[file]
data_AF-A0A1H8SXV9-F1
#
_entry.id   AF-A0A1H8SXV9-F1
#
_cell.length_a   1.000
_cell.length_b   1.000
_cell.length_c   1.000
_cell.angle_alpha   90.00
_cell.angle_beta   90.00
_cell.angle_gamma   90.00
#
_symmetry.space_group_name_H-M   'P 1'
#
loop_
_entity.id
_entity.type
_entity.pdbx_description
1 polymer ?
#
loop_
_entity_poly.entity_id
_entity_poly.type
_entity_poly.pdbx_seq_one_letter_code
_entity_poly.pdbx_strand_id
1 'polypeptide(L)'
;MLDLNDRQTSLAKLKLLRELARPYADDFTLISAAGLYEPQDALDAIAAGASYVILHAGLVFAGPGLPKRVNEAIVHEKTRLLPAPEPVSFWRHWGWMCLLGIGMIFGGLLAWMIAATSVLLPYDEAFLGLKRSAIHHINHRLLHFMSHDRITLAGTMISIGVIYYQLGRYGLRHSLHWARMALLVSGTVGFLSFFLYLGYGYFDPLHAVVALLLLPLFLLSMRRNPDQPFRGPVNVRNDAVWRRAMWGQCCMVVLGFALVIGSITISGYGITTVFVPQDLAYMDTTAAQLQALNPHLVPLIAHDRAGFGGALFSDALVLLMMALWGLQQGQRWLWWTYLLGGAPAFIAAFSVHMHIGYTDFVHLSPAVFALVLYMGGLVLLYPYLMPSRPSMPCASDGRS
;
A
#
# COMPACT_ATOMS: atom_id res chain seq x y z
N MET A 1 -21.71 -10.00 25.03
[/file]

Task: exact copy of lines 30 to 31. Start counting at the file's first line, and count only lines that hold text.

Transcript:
# COMPACT_ATOMS: atom_id res chain seq x y z
N MET A 1 -21.71 -10.00 25.03